How to get started with Kubernetes

Getting started with Kubernetes

Learn the basics of using the open source container management system with this easy tutorial.

clouds in the sky with blue pattern
Image by :


Get the newsletter

Join the 85,000 open source advocates who receive our giveaway alerts and article roundups.

One of today's most promising emerging technologies is paring containers with cluster management software such as Docker Swarm, Apache Mesos, and the popular Kubernetes. Kubernetes allows you to create a portable and scalable application deployment that can be scheduled, managed, and maintained easily. As an open source project, Kubernetes is continually being updated and improved, and it leads the way among container cluster management software.

Kubernetes uses various architectural components to describe the deployments it manages.

  • Pods are a group of one or more containers that share network and storage. The containers in a pod are considered "tightly coupled," and they are managed and deployed as a single unit. If an application were deployed in a more traditional model, the contents of the pod would always be deployed together on the same machine.
  • Nodes represents a worker machine in a Kubernetes cluster. The worker machine can be either physical or (more likely) virtual. A node contains all the required services to host a pod.
  • A cluster always requires a master node, where the controlling services (known as the master components) are installed. These services can be distributed on a single machine or across multiple machines for redundancy. They control communications, workload, and scheduling.
  • Deployments are a way to declaratively set a state for your pods or ReplicaSets (groups of pods to be deployed together). Deployments use a "desired state" format to describe how the deployment should look, and Kubernetes handles the actual deployment tasks. Deployments can be updated, rolled back, scaled, and paused at will.

The following tutorial will explain the basics of creating a cluster, deploying an app, and creating a proxy, then send you on your way to learning even more about Kubernetes.

Create a cluster

Begin by using the Kubernetes-provided tutorial to create a cluster and deploy an app. This cluster will consist of a master and one or more nodes. In the first scenario, you'll create a cluster using a utility called "Minkube," which creates and runs a cluster on a local machine. Minikube is great for testing and development. You will also use the kubectl command, which is installed as part of the Kubernetes API.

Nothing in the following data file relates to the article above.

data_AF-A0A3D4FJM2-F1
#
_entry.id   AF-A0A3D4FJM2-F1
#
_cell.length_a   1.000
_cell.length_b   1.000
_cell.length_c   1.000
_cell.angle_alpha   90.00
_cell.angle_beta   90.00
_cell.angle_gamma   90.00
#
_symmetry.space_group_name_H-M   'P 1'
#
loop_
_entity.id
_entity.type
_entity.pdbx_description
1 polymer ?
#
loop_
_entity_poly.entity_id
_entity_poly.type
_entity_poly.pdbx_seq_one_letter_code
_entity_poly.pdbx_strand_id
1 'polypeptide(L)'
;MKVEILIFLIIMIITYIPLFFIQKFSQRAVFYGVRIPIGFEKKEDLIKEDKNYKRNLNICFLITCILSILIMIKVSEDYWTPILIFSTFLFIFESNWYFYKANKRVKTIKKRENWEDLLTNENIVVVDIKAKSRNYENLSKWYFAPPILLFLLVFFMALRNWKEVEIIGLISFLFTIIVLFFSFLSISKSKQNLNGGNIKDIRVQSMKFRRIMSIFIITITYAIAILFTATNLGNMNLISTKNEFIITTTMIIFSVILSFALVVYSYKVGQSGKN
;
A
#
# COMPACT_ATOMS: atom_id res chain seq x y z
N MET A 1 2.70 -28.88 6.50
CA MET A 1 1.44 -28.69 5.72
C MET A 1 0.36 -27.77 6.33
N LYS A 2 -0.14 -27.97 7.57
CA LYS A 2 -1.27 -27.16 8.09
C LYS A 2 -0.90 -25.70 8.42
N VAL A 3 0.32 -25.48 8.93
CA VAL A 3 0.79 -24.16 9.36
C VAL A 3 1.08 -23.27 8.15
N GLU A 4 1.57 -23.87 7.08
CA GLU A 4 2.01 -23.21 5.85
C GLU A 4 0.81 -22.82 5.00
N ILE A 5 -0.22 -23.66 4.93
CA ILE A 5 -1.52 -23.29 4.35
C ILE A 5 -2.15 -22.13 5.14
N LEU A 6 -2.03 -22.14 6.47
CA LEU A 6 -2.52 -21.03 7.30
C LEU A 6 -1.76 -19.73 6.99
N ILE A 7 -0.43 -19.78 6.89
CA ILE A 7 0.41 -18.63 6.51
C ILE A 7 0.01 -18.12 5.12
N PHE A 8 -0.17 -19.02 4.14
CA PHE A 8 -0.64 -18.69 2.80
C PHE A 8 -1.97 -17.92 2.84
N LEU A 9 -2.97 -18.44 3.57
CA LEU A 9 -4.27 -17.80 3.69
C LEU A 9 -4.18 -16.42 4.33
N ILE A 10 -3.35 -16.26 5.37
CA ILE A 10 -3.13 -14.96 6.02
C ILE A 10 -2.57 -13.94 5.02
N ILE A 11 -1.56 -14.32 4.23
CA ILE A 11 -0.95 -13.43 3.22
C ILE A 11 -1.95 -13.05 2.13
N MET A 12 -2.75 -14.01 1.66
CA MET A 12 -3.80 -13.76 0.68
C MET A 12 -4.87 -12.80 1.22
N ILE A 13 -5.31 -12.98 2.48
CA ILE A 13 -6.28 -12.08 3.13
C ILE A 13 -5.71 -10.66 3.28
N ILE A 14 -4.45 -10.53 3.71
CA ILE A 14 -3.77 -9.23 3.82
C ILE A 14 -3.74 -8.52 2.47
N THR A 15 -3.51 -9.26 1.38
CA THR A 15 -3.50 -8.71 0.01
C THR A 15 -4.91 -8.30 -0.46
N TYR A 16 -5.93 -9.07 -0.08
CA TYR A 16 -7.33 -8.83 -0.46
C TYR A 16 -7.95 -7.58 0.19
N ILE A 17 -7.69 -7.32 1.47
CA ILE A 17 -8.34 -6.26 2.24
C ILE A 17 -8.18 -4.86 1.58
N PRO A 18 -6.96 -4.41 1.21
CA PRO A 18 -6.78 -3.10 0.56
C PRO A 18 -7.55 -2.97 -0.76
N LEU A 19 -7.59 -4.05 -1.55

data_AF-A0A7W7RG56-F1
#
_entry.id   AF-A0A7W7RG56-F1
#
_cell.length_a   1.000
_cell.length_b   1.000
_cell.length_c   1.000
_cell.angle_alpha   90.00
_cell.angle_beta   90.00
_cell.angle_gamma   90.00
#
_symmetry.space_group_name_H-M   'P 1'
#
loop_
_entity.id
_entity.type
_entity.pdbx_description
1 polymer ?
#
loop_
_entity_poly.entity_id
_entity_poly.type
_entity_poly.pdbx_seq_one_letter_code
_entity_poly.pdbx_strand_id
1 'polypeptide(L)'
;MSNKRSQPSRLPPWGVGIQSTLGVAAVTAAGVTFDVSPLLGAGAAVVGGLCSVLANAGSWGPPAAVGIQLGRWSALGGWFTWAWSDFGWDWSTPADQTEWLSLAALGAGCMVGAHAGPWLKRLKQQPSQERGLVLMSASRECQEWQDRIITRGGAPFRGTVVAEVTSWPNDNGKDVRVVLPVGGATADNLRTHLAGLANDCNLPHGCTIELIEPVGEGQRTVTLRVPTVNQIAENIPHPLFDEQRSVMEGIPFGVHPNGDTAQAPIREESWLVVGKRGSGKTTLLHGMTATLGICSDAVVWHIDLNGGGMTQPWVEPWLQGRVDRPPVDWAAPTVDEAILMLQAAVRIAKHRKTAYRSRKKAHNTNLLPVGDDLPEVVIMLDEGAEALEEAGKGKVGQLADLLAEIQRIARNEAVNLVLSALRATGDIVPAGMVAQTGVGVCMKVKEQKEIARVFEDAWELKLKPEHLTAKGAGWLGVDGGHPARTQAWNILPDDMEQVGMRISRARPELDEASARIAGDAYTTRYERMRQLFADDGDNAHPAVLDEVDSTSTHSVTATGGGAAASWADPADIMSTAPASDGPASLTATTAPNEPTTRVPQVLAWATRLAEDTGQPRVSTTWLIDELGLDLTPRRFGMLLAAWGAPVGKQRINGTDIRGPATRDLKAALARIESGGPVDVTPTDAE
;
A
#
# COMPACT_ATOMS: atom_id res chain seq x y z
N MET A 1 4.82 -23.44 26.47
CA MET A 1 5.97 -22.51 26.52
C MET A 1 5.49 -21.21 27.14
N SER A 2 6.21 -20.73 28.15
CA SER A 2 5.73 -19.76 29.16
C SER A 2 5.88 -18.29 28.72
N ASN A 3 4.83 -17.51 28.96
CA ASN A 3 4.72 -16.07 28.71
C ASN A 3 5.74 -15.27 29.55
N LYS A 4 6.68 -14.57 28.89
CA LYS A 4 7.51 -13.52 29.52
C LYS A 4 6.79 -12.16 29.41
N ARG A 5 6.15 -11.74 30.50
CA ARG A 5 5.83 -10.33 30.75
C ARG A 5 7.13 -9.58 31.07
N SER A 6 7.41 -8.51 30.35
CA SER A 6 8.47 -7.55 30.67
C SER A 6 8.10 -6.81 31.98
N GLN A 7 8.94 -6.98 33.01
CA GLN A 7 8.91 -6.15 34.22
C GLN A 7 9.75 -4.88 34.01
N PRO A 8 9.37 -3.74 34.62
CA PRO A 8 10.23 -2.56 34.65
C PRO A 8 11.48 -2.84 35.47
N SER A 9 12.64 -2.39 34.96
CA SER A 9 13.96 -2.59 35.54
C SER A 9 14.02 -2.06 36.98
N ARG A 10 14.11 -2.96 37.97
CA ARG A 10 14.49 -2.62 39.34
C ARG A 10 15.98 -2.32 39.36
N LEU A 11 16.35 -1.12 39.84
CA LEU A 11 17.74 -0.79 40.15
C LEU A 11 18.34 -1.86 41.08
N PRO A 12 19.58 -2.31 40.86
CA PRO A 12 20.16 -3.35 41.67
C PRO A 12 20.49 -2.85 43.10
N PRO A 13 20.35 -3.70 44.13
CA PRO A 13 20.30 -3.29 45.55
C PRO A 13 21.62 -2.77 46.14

In the interactive terminal, start the Minikube software with the command:

minikube start

View the cluster information with the command:

kubectl cluster-info

List the available nodes with the command:

kubectl get nodes

The screenshot above shows the output from these commands. Note the only available node is host01, which is operating as the master (as seen in the cluster-info output).

Deploy an app

In the next step in the interactive tutorial, you'll deploy a containerized application to your cluster with a deployment configuration. This describes how to create instances of your app, and the master will schedule those instances onto nodes in the cluster.

In the interactive terminal, create a new deployment with the kubectl run command:

kubectl run kubernetes-bootcamp --port=8080

This creates a new deployment with the name kubernetes-bootcamp from a public repository at and overrides the default port to 8080.

View the deployment with the command:

kubectl get deployments

The deployment is currently on a single node (host01), because only that node is available.

Create a proxy

In the third part of the tutorial, you will create a proxy into your deployed app. A pod runs on an isolated private network that cannot be accessed from outside. The kubectl command uses an API to communicate with the application, and a proxy is needed to expose the application for use by other services.

Open a new terminal window and start the proxy server with the command:

kubectl proxy

This creates a connection between your cluster and the virtual terminal window. Notice it's running on port 8001 on the local host.

Return to the first terminal window and run a curl command to see this in action:

curl http://localhost:8001/version

The JSON output, shown in the screenshot above, displays the version information from the cluster itself.

Follow the online tutorial to find the internal name of the deployed pod and then query that pod directly. You can also get a detailed output of your pod by using the command:

kubectl describe pods

This output includes very important information, like the pod name, local IP address, state, and restart count.

Moving forward

Kubernetes is a full-fledged deployment, scheduling, and scaling manager and is capable of deciding all of the myriad details of how to deploy an app on your cluster. The few commands explored here are just the beginning of interacting with and understanding a Kubernetes deployment. The crucial takeaway is how fast and easy it is to do and how few details you need to provide to use Kubernetes.

Follow the online interactive tutorial to learn more about how Kubernetes works and all that you can do with it.

    About the author

    Ben Finkel - Ben has worked in software development for 18 years within a variety of industries, including banking/finance, insurance, and healthcare. He is a Google Certified Trainer and currently creates tech training videos for CBT Nuggets. Before that, he was a software...